Acceleration Clause

MoneyBestPal Team
A provision in a loan agreement that allows the lender to demand the full repayment of the outstanding balance if the borrower fails.

In a loan agreement, an acceleration clause gives the lender the right to request full repayment of the outstanding balance if the borrower doesn't fulfill specific duties or violates the terms of the agreement.

How does an acceleration clause work?

An acceleration clause is triggered by certain events or conditions that are specified in the loan agreement. These can include:
  • Having one or more payments missed
  • Failing to pay insurance or property taxes
  • Without the lender's permission, you may not sell or transfer the property.
  • Violating any of the loan's other conditions or covenants
The lender may demand prompt repayment of the whole loan balance, including any accrued interest and fees, when an acceleration clause is invoked. The lender may begin foreclosure or repossession proceedings to reclaim the collateral if the borrower is unable to make payments.

What are the benefits of an acceleration clause?

An acceleration clause can benefit both the lender and the borrower in different ways. For the lender, an acceleration clause can:
  • Protect them against the possibility of the borrower defaulting or failing to pay
  • Ensure that they receive their money more quickly and prevent drawn-out court battles.
  • Increase their authority over the asset used to secure the loan
  • Encourage the borrower to refrain from defaulting on the loan or illegally selling the property.

For the borrower, an acceleration clause can:
  • Encourage them to fulfill their financial and other commitments on time.
  • Help them avoid additional interest and penalties if they can pay off the loan early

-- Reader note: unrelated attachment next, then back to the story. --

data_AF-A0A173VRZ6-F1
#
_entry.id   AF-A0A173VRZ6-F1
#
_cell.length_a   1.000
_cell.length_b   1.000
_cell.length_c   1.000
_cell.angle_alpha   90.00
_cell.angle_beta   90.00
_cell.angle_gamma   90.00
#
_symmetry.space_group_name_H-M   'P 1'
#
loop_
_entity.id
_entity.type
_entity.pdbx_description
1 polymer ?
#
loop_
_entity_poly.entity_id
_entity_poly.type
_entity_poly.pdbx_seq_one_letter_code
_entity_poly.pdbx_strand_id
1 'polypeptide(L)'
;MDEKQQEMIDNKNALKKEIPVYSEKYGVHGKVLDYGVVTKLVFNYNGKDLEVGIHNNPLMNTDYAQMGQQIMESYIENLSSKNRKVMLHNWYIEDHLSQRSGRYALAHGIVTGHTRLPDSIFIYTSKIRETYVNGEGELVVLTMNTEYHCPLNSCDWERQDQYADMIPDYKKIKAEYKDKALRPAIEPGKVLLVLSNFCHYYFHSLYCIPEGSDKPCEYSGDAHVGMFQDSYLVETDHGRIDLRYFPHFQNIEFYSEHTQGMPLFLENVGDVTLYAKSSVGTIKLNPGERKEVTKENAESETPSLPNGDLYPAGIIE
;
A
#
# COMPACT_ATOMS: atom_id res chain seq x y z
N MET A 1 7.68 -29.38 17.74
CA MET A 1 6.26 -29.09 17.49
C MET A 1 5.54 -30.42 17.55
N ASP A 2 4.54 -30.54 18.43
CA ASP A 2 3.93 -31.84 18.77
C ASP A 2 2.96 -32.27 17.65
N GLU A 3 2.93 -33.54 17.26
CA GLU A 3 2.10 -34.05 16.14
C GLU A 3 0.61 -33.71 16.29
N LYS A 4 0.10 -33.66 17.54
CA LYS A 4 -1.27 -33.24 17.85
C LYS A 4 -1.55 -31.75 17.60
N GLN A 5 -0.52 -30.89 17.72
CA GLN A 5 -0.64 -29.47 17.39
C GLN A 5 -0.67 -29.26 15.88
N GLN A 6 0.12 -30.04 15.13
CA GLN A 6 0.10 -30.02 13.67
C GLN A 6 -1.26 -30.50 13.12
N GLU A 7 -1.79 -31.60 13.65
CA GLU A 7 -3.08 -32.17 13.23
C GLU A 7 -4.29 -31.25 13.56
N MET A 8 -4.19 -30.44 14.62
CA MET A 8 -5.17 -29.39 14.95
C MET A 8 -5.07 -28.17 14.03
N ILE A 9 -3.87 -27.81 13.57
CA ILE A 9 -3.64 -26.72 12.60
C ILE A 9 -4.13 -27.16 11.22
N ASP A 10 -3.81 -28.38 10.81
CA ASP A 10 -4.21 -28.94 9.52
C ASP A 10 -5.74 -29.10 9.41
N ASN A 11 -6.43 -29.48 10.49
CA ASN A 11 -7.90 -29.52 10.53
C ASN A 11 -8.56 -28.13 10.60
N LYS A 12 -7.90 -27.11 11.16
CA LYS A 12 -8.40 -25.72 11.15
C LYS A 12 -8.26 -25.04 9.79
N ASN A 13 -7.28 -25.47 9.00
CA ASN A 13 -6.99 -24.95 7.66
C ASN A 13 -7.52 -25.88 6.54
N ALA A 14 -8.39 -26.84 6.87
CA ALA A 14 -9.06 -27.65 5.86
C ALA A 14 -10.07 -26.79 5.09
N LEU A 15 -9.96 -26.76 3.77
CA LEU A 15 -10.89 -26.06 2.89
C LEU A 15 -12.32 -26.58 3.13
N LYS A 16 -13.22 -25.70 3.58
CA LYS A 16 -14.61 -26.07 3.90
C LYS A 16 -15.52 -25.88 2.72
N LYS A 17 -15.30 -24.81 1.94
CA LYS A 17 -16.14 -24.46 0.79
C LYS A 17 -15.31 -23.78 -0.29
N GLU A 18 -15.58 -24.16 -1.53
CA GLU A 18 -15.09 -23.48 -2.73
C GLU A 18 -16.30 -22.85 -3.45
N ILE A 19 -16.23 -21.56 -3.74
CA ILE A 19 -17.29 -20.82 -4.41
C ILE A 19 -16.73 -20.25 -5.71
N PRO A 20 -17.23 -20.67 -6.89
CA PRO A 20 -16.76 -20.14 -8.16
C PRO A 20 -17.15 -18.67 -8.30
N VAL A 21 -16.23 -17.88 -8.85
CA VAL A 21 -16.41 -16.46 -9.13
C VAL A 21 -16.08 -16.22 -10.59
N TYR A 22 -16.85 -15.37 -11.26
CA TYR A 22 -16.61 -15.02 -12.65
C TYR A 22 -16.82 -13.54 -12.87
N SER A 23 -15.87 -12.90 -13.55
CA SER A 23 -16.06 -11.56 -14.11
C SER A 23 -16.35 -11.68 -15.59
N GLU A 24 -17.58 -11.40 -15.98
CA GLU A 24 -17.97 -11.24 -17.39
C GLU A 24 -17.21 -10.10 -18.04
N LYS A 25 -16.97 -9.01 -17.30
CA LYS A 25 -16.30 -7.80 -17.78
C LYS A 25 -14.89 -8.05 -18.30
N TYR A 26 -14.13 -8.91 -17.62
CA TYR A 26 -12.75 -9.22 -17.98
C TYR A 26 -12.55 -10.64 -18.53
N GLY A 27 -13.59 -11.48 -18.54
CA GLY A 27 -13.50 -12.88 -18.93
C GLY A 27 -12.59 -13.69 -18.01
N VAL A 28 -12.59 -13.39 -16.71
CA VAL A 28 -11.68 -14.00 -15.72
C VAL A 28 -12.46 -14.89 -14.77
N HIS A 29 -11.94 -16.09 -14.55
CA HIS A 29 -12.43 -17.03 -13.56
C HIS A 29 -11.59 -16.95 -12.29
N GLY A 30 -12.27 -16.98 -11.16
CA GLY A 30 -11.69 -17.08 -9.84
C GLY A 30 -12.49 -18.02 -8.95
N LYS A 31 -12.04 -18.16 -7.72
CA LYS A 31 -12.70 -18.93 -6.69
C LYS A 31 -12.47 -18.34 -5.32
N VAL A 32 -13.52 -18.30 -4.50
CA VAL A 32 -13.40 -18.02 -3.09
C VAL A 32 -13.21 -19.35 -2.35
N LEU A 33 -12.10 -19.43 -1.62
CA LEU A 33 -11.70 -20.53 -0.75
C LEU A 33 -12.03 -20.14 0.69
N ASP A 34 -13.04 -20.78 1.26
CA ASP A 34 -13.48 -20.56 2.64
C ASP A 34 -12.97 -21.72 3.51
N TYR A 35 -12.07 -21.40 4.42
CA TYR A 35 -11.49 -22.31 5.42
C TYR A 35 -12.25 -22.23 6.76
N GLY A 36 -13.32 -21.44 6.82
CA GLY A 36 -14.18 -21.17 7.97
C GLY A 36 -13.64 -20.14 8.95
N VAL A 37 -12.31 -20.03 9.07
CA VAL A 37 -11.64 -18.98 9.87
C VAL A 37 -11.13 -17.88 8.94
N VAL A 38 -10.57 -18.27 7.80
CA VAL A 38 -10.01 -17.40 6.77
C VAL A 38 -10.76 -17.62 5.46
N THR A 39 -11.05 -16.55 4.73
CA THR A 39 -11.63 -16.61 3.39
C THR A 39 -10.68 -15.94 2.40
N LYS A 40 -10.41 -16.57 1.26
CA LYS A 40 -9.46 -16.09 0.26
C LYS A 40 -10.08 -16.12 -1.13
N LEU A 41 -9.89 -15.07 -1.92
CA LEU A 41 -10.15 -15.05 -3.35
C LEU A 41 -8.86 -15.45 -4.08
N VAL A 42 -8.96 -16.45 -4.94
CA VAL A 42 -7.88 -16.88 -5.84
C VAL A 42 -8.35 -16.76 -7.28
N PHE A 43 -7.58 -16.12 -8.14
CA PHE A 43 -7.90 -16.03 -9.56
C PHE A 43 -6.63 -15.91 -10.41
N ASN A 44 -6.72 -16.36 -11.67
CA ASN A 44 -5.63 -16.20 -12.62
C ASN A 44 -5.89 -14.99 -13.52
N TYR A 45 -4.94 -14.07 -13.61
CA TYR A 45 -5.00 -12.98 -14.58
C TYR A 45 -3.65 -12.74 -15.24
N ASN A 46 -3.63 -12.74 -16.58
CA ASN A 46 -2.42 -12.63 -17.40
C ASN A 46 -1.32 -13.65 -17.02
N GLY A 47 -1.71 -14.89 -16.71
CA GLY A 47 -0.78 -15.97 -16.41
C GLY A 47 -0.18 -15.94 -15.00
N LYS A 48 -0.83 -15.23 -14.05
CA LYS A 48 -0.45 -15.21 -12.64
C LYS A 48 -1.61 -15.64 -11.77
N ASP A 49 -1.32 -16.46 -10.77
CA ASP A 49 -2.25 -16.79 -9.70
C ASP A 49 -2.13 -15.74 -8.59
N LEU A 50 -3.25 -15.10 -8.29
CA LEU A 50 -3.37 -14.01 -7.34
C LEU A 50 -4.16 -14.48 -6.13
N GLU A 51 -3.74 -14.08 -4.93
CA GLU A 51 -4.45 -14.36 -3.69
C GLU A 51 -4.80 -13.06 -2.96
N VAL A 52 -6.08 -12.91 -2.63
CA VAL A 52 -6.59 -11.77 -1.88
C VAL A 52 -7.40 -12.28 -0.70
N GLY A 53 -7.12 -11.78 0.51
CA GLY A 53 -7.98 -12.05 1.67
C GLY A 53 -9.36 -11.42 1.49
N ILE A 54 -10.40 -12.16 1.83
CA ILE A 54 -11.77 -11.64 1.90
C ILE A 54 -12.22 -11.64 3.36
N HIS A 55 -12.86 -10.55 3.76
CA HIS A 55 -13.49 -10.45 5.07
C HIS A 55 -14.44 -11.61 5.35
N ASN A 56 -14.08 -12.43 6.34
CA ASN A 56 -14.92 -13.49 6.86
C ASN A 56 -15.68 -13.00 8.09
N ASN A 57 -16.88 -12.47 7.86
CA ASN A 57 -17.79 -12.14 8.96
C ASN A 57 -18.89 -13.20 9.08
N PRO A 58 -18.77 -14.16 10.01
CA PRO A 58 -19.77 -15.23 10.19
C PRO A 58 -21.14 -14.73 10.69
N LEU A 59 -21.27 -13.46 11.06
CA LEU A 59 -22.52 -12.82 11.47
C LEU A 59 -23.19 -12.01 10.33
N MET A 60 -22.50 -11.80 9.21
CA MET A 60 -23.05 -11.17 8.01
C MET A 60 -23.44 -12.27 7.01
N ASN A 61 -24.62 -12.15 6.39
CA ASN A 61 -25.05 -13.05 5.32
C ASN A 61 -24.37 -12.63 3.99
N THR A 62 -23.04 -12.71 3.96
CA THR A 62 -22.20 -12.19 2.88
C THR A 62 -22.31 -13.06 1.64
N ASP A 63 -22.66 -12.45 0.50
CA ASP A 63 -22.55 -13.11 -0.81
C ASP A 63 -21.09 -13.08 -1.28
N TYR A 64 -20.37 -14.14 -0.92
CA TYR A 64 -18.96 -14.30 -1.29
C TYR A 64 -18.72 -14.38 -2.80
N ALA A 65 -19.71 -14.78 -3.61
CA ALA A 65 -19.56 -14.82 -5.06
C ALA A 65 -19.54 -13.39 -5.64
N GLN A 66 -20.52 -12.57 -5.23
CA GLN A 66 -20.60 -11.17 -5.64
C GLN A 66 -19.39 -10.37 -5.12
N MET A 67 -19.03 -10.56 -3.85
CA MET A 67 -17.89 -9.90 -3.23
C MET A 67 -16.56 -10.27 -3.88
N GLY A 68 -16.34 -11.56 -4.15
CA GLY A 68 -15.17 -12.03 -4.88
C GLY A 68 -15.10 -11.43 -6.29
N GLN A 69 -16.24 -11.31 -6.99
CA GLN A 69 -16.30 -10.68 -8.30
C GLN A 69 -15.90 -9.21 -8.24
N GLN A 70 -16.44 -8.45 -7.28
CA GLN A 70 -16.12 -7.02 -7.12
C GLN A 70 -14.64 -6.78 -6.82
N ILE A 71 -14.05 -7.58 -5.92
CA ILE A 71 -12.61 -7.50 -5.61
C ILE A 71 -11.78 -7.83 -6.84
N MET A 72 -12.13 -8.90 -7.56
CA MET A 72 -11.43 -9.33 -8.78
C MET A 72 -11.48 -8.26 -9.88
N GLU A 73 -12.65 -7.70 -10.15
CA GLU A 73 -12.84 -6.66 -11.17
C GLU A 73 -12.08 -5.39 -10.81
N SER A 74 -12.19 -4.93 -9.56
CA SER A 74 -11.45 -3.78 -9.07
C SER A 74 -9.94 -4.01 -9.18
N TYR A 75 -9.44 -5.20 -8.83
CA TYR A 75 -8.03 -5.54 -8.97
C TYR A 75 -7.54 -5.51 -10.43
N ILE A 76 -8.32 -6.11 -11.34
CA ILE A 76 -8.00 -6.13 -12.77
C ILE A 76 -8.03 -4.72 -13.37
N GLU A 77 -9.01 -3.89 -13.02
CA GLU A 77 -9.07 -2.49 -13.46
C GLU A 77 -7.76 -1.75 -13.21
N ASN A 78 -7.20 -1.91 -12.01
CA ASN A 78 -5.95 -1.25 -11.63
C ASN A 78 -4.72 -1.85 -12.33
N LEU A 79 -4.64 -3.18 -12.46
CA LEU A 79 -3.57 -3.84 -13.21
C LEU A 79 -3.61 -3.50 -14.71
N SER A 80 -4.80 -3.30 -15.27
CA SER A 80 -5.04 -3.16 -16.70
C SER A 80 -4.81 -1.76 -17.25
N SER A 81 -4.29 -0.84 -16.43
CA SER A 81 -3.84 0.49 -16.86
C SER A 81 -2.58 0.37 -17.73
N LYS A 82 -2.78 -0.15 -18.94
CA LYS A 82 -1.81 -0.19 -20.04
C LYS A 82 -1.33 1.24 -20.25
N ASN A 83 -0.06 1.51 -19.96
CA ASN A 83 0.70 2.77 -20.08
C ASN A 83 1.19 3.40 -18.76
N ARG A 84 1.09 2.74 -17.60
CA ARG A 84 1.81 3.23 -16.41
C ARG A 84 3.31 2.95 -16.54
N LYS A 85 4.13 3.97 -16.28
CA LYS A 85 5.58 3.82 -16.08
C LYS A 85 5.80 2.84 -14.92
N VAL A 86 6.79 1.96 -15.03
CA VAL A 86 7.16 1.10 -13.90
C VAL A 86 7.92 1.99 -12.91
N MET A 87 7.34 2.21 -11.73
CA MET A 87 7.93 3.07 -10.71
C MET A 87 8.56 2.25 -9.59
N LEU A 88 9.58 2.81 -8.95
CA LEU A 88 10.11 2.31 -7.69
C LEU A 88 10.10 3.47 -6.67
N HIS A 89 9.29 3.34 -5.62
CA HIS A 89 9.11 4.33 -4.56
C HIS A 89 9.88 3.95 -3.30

• Allow them to negotiate better terms or rates with the lender if they have a good payment history

What are the drawbacks of an acceleration clause?

An acceleration clause can also have some disadvantages for both parties. For the lender, an acceleration clause can:
  • Reduce their income from interest payments over time
  • Increasing the costs and risks of them reclaiming the property through foreclosure
  • Tarnish their reputation and their connection to the borrower
For the borrower, an acceleration clause can:
  • Place them in a difficult financial situation if they are unable to pay back the loan in full at once.
  • Compel them to forfeit their assets or property in the event that they fail to repay the debt
  • Restrict their ability to sell the property or mortgage it

How to avoid triggering an acceleration clause?

The best way to avoid triggering an acceleration clause is to comply with all the terms and conditions of your loan agreement. This means:
  • Making timely and complete payments
  • Maintaining your insurance and property taxes
  • Letting your lender know of any alterations or problems that could impair your capacity to make loan repayments
  • Prior to selling or transferring your property, obtain your lender's consent.
  • Knowing your rights and obligations under your loan agreement and properly reading it

You should get in touch with your lender as soon as you can and try to come up with a solution if you are having financial problems or think you will be unable to make a payment. It's possible that your lender will agree to change the conditions of your loan, waive some costs, or give you a forbearance period. But, this will rely on your unique circumstances and the rules of your lender.